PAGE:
<img height="1" width="1" style="display:none" src="https://www.facebook.com/tr?id=1424789497837018&amp;ev=PageView&amp;noscript=1">

How can we use the cloud and comply with global privacy laws?


The cloud clearly provides a number of benefits for businesses and associations, but as many are aware, remaining compliant with regional, federal and industry law and regulations is a major challenge.

For decades, organizations have kept control over their data and customers' information as it was simply stored in on-premise data centers. Now, cloud services are the de facto standard for enterprise IT, especially for smaller organizations that are planning for growth. The cloud clearly provides a number of benefits for businesses and associations, but as many are aware, remaining compliant with regional, federal, and industry laws and regulations is a major challenge. This hurdle is especially difficult to clear when organizations must adhere to a number of data security and privacy standards.

So, the question is when using the cloud to store, access, share or manipulate data, how can organizations ensure they remain compliant with so many data privacy regulations?

Think geographically

One solution for business and associations is to ensure that their cloud vendors are geographically local or at least located in the same jurisdiction. After all, if a majority of problems are associated with maintaining compliance with industry regulations as well as different countries' federal laws, why not remove one issue from the equation? This just isn't a viable alternative for many organizations, especially ones with global footprints or those that are particularly reliant on travel.

Additionally, as CIO magazine contributor Paul Korzeniowski pointed out, cloud service providers often use third parties for operational support. Businesses and associations are responsible for data protection at the end of the day, and if a breach occurs while not in compliance with those third parties' regional regulations, data owners will always be on the hook.


The alternative solution is often highlighted by many cybersecurity experts: encryption. Writing for Tech Target, Aislyn Fredsall recalled a webcast from Rich Mogull, founder of Securosis, in which he explained that achieving compliance in the cloud is a major, and "obvious," factor driving corporate adoption of encryption solutions.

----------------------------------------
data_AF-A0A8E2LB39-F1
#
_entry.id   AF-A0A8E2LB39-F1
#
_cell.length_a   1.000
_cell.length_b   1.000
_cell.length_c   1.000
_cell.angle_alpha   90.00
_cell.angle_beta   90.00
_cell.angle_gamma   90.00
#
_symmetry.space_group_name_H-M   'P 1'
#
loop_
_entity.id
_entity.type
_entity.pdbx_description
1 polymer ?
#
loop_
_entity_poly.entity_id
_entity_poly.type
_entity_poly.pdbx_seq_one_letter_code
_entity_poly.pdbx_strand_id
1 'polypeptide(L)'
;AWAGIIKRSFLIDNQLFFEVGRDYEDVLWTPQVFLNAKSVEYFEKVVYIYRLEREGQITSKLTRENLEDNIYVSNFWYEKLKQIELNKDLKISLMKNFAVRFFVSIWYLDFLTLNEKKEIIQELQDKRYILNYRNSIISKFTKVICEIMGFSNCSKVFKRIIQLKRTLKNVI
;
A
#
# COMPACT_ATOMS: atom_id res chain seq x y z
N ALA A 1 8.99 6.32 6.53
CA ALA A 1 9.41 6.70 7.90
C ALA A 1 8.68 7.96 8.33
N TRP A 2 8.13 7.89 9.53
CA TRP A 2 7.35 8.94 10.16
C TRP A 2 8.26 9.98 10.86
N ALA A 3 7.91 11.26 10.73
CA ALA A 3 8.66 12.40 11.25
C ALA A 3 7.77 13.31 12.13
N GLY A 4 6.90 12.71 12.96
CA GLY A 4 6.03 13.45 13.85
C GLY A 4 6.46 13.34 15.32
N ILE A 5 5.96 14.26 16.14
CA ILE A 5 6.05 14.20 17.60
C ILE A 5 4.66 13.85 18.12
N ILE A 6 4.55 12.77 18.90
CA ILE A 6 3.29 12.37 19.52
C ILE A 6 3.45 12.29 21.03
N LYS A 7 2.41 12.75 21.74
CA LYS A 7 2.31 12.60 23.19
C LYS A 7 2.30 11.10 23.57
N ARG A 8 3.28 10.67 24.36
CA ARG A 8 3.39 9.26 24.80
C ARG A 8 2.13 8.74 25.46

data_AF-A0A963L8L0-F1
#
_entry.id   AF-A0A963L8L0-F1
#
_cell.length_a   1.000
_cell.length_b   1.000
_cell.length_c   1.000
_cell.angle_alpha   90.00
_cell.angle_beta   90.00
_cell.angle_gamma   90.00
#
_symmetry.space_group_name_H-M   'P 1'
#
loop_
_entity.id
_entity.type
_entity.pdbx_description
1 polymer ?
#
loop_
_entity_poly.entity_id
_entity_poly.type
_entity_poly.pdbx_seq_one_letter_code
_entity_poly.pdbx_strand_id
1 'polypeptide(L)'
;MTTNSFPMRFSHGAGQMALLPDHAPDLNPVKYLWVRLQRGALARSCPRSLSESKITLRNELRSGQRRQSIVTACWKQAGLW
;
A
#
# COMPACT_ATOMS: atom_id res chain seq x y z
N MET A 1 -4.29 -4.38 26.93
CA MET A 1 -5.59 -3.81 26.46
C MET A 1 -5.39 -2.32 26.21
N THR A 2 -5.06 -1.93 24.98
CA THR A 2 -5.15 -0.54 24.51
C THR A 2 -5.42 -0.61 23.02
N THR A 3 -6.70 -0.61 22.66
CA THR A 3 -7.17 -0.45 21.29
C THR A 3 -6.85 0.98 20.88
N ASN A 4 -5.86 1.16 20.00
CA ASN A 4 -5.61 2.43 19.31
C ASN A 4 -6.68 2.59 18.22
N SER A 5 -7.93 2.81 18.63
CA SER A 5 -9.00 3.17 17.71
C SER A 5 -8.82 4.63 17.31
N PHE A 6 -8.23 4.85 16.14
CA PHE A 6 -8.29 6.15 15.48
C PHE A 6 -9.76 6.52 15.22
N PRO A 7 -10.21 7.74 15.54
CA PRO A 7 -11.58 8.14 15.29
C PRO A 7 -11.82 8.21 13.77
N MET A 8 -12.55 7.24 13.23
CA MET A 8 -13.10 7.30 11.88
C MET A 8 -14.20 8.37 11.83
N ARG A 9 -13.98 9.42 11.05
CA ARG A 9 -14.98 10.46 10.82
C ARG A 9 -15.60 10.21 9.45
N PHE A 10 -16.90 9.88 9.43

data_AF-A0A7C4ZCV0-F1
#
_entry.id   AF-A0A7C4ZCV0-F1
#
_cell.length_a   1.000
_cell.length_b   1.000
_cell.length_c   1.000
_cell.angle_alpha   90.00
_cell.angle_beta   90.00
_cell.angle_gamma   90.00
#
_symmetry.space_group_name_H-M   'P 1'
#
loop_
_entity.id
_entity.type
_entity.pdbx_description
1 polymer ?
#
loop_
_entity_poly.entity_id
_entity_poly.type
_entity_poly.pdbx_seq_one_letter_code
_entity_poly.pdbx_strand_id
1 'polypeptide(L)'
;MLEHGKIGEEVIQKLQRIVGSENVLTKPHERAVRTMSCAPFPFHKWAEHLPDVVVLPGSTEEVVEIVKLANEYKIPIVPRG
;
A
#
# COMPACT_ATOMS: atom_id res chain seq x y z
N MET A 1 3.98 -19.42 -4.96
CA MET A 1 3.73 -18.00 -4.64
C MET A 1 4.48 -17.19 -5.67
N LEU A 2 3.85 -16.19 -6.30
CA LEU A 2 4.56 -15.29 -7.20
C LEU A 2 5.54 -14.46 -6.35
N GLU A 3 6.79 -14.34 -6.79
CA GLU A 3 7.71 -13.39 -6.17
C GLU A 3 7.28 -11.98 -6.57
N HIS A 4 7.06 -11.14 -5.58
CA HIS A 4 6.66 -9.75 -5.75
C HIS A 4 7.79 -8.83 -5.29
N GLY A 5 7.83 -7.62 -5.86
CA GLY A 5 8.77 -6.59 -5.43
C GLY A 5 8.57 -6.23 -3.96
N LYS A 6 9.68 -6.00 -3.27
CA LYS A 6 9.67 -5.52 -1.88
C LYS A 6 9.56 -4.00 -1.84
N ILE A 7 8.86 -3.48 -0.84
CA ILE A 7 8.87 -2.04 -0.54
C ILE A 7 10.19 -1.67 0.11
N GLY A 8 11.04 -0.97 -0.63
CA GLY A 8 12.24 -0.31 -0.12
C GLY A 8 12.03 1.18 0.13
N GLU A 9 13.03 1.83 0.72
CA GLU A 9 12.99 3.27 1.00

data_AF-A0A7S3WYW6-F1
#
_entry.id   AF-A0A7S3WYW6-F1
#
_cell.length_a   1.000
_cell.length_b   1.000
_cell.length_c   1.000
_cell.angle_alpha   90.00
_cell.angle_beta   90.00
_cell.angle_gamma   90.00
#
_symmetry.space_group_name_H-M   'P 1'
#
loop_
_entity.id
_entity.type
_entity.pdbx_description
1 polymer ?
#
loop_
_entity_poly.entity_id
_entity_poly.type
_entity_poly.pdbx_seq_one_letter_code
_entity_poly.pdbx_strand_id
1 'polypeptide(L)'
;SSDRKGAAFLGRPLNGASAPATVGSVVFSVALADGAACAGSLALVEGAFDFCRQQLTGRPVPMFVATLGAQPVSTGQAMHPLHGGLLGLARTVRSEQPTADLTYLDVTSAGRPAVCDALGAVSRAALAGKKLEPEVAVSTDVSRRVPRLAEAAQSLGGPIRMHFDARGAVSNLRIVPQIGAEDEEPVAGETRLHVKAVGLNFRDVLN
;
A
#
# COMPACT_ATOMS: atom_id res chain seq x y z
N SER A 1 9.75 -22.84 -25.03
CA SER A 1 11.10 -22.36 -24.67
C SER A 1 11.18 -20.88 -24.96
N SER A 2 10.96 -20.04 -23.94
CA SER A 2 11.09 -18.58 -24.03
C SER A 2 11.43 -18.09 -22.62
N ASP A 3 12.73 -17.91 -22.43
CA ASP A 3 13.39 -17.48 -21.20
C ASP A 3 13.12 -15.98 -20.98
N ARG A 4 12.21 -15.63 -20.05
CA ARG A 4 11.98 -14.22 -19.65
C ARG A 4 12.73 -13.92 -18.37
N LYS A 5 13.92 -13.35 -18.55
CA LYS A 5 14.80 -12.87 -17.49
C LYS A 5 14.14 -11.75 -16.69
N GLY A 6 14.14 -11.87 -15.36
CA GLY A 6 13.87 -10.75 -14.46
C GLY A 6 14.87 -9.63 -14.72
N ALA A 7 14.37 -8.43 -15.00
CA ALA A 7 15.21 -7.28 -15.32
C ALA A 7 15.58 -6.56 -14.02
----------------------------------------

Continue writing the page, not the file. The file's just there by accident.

"Encryption only ensures compliance if the key remains in the data owner's control."

By obscuring sensitive information, organizations can remove many data privacy and security regulations from their cybersecurity scope. Simply put, encrypted, tokenized or otherwise anonymized data can be stored in the cloud without a worry in regard to local, federal or industry regulations - the personally identifiable information effectively disappears from sight of IT teams, third-party partners and any other entities.

However, encryption alone is not enough. It will only ensure compliance if the key remains in the data owner's control. If organizations store encryption keys in the cloud, then they are nullifying the point of data obscurity in the first place.

This is why CloudMask is a last-layer data security solution: It has the ability to encrypt data and protect information, as well as provide data owners with control over the encryption key, allowing them to store it outside of cloud services. No one can get in.

When personally identifying information is no longer present in a data set, a breach of IT security does not automatically become a data breach.

Protection Under Breach


With CloudMask, only your authorized parties can decrypt and see your data. Not hackers with your valid password, Not Cloud Providers, Not Government Agencies, and Not even CloudMask can see your protected data. Twenty-six government cybersecurity agencies around the world back these claims.


Watch our video and demo at www.vimeo.com/cloudmask